directions of the ESPP. The Government is committed to forging more effective partnership among welfare, healthcare and housing sectors through various channels and platforms. The Government launched the Dementia Community Support Scheme in February 2017 to provide cross-sectoral and multi-disciplinary support services for patients with mild or moderate dementia and their carers at
the community level through a medical-social collaboration model. Separately, SWD has all along been communicating and co-ordinating with the relevant Government departments (including Planning Department (PlanD), Lands Department, Housing Department, etc.) to reserve sites for the provision of more elderly services facilities. For instance, SWD has reserved sites in 30 development projects for the construction of new contract homes and day care centres/units for the elderly.
The Elderly Commission will continue to serve as a platform facilitating coordination among bureaux, departments and organisations concerned, and regularly review the progress of the relevant policies.
(3) The ESPP proposed that a more forward looking approach should be adopted in public expenditure on elderly services in response to the changing socio-economic profile of the elderly population and in promoting a more equitable sharing of financing long-term care (LTC) in
the current population and across generations. The ESPP suggested the Government to consider co-payment for services commensurate with affordability, exploring measures to facilitate non-governmental organisations to provide self-financing services and exploring alternative
LTC financing options.
On the other hand, in the 2017-18 Budget, the Financial Secretary has earmarked $30 billion to strengthen elderly services and rehabilitation services for persons with disabilities. The Government has allocated around $2.9 billion out of the earmarked provision for implementing initiatives to strengthen elderly services and rehabilitation services. These initiatives include taking forward a series of measures to strengthen the monitoring of residential care homes for the elderly and enhance their service quality; organising territory-wide public education activities to enhance public understanding of dementia; setting up the $1 billion Innovation and Technology Fund for Application in Elderly and Rehabilitation Care to subsidise elderly and rehabilitation service units to try out and procure/rent technology products; and providing speech therapy services for elderly service units. The Government will, having regard to the practical circumstances and needs, further strengthen elderly services with the earmarked funding of $30 billion.
(4) The ESPP recommended the reinstatement of population-based planning ratios in the Hong Kong Planning Standards and Guidelines (HKPSG) to allow better forward planning of the relevant department(s) in reserving sites and premises.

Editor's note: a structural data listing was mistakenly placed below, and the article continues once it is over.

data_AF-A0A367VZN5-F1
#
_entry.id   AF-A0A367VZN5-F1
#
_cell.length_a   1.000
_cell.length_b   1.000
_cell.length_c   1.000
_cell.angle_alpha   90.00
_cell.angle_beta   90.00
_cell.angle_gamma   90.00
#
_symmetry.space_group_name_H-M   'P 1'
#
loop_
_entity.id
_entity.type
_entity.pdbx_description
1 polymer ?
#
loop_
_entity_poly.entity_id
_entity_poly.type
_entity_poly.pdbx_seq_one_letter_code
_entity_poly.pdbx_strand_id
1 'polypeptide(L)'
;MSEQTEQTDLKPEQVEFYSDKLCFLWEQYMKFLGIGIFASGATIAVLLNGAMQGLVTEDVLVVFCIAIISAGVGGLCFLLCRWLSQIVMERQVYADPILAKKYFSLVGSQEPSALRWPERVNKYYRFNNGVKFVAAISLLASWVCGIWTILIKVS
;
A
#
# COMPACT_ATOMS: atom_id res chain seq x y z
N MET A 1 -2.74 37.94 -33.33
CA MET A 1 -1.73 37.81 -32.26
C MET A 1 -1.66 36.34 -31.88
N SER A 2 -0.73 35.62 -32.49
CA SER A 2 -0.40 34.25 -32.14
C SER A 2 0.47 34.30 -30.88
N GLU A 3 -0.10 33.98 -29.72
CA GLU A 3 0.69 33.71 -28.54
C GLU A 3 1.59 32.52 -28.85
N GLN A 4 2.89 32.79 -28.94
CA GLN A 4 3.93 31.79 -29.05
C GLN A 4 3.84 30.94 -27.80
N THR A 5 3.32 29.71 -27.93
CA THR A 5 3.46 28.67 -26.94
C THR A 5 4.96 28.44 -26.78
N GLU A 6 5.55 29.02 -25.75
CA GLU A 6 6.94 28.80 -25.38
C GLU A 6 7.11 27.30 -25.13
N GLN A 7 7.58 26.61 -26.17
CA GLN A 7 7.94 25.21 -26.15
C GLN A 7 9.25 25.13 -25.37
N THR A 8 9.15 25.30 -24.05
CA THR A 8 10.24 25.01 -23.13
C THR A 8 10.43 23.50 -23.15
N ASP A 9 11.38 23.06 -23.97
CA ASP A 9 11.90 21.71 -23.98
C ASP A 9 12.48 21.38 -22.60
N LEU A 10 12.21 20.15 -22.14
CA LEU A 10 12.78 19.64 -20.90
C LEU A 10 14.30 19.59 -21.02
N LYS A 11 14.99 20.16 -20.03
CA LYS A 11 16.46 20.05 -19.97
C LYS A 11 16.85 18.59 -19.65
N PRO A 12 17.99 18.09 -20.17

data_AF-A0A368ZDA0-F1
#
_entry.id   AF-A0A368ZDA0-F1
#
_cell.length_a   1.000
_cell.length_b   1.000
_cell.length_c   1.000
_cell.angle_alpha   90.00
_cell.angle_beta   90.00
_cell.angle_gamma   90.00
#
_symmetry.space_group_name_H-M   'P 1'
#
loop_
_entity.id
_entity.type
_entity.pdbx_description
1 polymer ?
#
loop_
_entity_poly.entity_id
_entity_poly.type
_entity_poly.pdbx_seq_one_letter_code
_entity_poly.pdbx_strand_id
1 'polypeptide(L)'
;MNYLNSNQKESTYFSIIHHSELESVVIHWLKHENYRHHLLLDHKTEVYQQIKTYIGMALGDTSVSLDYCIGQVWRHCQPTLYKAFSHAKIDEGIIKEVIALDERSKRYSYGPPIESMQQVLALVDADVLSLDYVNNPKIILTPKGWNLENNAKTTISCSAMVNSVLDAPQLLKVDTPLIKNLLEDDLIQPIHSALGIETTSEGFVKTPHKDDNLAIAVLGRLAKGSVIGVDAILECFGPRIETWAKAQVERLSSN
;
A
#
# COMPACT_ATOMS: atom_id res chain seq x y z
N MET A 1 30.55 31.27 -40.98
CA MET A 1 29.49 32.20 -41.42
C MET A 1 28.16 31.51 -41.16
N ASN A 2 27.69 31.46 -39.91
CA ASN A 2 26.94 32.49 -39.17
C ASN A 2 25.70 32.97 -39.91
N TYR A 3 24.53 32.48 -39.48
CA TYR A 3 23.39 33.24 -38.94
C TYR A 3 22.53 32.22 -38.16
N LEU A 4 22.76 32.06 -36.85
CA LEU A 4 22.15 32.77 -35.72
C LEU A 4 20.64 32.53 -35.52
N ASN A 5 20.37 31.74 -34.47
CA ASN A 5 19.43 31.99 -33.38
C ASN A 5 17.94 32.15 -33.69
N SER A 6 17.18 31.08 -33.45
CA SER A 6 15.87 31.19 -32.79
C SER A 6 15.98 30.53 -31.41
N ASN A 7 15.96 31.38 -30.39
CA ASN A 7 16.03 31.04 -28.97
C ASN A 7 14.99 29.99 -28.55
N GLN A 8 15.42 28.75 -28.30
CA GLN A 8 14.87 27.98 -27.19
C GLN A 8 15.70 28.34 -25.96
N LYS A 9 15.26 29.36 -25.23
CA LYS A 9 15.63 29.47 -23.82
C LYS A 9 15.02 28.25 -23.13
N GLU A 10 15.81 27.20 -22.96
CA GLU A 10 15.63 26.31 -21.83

According to the projections in the ESPP, the indicative planning ratios for subsidised long term care services in 2026 are 21.4 subsidised residential care places and 14.8 subsidised community care places per 1 000 elderly persons aged 65 or above. In addition, the ESPP recommended that there should be one District Elderly Community Centre in each new residential area with a population reaching 170 000. Where appropriate, there should be one Neighbourhood Elderly Centre in each new and redeveloped public rental housing estate and one in private housing areas with a population of 15 000 to 20 000 in new residential areas. To follow up on the recommendations concerned, the “2017 Policy Agenda” sets out that the Government plans to reinstate the population-based planning ratios for elderly services in the HKPSG. The Labour and Welfare Bureau and SWD have commenced discussions with the Development Bureau and PlanD in this regard, including the drawing up of specific amendments to the HKPSG. After the HKPSG has been amended, we will review and update the relevant planning ratios at suitable junctures, to ensure that the planning of facilities could meet the service demand.
(5) Four strategic directions and 20 short, medium to long term recommendations on the future development of elderly services were made in the ESPP. Among them, the follow-up of the short term recommendations will commence within two years after the completion of the ESPP, while that of the medium to long term recommendations will generally commence within three to five years following the completion. The Government has accepted in principle the strategic directions and recommendations in the ESPP, and has commenced the follow-up actions, to make arrangements for the implementation of the recommendations.